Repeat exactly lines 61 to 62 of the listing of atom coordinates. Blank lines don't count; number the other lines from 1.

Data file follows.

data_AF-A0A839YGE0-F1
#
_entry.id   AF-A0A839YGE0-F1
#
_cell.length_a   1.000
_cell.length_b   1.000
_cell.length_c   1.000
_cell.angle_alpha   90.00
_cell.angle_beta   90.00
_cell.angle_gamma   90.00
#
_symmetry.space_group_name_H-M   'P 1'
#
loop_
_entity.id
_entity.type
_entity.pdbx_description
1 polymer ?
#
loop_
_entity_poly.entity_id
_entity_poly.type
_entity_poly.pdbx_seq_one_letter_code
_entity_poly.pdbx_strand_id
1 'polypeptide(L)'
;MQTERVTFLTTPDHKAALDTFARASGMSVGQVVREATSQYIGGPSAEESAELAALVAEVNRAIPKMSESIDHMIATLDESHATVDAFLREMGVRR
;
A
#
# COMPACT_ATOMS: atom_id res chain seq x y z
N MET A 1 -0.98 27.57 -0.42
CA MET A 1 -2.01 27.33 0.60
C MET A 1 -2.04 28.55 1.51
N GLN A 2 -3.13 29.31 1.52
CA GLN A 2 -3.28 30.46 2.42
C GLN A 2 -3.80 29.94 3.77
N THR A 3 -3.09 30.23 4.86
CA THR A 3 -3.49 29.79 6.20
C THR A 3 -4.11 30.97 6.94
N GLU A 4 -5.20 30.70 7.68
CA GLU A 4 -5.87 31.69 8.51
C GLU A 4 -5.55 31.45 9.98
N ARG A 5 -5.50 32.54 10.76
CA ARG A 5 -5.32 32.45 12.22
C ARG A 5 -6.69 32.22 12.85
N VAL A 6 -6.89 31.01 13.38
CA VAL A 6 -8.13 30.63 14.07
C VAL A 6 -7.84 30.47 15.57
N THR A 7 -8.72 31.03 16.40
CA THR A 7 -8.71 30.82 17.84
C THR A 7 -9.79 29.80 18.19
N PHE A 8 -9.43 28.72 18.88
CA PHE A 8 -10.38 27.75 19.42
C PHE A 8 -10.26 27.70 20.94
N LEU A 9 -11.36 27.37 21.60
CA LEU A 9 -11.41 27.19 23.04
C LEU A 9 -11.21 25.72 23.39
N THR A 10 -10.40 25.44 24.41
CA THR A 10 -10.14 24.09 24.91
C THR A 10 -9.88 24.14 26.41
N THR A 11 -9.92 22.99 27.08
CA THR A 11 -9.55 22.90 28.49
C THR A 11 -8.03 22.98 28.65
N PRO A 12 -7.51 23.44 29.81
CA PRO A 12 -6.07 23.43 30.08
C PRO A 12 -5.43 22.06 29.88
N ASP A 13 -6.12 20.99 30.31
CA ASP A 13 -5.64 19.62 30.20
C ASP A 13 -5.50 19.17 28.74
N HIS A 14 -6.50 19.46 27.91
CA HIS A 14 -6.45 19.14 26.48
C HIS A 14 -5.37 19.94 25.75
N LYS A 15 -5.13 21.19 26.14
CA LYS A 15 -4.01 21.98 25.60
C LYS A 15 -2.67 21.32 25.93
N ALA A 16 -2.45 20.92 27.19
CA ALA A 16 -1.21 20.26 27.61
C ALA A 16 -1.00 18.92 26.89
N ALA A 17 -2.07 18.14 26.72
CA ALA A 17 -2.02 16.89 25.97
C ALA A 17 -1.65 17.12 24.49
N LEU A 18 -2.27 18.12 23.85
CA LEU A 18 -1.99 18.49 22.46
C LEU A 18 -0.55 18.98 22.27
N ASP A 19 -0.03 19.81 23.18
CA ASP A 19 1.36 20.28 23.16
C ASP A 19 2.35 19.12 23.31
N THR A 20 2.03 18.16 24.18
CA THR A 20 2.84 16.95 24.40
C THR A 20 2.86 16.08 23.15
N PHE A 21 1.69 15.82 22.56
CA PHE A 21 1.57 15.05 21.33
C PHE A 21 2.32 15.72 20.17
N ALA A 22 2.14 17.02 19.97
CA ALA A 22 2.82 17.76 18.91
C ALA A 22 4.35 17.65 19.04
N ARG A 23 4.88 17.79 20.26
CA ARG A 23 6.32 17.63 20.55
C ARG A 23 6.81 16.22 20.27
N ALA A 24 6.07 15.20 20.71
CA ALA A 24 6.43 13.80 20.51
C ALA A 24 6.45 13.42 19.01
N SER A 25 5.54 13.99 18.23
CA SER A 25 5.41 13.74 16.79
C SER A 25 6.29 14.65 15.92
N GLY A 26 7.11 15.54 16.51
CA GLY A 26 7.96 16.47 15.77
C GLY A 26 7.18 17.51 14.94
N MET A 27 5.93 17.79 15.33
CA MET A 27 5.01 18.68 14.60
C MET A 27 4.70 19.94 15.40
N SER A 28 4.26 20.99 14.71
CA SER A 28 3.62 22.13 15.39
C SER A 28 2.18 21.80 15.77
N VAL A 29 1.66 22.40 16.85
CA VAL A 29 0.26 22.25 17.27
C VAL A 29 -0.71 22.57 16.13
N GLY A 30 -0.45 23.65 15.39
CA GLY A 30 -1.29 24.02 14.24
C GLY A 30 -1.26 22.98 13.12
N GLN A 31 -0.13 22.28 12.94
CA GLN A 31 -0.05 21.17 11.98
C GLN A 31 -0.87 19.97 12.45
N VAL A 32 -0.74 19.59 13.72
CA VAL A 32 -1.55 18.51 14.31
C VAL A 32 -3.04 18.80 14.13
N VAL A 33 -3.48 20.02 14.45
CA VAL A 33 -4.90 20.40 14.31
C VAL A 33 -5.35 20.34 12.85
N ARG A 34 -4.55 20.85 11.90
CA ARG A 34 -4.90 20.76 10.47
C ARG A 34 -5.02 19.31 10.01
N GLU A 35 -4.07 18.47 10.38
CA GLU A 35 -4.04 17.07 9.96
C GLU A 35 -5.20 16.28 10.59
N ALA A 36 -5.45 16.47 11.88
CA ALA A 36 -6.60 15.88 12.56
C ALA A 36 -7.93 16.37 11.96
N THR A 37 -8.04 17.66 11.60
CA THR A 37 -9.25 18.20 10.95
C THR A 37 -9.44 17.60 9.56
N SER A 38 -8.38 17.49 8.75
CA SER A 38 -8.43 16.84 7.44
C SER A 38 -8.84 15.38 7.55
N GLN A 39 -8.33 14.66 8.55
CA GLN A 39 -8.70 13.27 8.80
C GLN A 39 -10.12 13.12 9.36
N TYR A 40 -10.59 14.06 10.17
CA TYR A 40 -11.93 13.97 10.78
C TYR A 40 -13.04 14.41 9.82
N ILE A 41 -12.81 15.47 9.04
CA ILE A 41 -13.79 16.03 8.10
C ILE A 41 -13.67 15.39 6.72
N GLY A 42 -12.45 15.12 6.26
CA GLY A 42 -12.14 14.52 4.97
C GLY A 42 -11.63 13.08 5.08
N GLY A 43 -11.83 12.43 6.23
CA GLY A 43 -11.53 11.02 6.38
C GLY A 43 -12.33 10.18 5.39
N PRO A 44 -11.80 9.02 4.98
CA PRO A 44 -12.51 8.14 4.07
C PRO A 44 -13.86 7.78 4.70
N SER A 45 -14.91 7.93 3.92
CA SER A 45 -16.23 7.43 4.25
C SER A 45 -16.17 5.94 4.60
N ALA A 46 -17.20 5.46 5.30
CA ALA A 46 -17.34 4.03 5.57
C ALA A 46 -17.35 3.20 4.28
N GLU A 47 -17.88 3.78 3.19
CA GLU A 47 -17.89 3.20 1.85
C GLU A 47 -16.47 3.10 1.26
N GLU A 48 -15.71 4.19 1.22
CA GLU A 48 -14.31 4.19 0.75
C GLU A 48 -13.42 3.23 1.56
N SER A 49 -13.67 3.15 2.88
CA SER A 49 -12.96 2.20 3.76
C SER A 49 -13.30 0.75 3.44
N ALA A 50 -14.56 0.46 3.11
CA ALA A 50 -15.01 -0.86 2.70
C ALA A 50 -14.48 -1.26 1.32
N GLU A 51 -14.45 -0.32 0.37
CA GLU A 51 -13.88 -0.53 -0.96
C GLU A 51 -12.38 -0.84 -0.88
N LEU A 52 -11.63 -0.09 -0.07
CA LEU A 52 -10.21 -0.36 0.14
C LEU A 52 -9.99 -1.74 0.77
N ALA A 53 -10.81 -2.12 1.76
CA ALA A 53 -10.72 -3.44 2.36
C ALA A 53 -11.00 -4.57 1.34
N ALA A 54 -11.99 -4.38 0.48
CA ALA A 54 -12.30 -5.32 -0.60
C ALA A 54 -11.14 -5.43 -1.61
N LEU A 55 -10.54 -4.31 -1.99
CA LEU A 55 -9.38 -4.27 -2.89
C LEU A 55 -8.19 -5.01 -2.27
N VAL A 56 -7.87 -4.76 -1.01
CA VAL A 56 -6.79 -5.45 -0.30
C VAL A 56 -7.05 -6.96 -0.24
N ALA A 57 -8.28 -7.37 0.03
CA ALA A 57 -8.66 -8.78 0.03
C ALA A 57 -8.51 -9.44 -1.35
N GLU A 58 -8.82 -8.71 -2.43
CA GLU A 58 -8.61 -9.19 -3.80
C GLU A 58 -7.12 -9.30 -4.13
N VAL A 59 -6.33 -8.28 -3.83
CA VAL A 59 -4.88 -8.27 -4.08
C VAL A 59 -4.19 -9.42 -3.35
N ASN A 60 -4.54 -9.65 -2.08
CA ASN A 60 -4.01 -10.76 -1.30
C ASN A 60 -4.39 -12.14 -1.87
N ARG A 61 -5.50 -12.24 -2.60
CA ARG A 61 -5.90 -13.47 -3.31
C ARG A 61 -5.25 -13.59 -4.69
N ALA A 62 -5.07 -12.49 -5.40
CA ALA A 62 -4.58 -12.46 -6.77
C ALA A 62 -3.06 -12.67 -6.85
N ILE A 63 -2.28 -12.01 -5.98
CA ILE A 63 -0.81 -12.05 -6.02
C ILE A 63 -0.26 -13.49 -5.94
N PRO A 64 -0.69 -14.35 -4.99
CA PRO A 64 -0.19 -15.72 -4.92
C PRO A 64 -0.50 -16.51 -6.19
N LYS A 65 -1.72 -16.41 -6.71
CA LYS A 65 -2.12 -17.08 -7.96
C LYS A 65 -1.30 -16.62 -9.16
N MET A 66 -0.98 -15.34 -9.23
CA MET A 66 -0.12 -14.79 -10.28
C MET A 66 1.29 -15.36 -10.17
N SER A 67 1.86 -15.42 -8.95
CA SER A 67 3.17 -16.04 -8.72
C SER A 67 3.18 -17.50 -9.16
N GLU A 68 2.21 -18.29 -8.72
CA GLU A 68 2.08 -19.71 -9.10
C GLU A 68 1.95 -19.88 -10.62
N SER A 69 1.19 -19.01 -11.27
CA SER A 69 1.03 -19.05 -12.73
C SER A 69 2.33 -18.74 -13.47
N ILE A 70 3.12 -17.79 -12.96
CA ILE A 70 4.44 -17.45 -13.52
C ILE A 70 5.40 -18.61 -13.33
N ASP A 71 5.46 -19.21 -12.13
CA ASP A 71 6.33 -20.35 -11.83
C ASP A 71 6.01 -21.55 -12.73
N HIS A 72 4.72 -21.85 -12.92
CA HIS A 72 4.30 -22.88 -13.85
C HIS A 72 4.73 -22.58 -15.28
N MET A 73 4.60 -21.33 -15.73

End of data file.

N THR A 11 -9.92 22.99 27.08
CA THR A 11 -9.55 22.90 28.49